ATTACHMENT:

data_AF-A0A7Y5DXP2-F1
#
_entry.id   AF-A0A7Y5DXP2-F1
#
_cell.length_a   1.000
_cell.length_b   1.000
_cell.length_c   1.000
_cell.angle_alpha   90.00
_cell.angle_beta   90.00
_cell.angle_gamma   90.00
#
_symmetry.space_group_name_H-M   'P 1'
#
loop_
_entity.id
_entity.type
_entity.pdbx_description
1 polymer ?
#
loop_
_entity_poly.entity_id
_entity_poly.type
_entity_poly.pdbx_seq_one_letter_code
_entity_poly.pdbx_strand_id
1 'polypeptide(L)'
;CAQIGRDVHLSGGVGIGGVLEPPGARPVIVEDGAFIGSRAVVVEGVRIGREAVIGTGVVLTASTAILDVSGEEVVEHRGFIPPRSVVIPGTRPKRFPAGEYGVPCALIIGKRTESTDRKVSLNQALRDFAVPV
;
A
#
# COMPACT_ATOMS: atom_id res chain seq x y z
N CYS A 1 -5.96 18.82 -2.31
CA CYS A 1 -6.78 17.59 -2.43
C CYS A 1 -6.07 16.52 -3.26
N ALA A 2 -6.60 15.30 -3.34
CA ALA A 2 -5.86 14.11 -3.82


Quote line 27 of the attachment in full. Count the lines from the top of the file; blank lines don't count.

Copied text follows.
;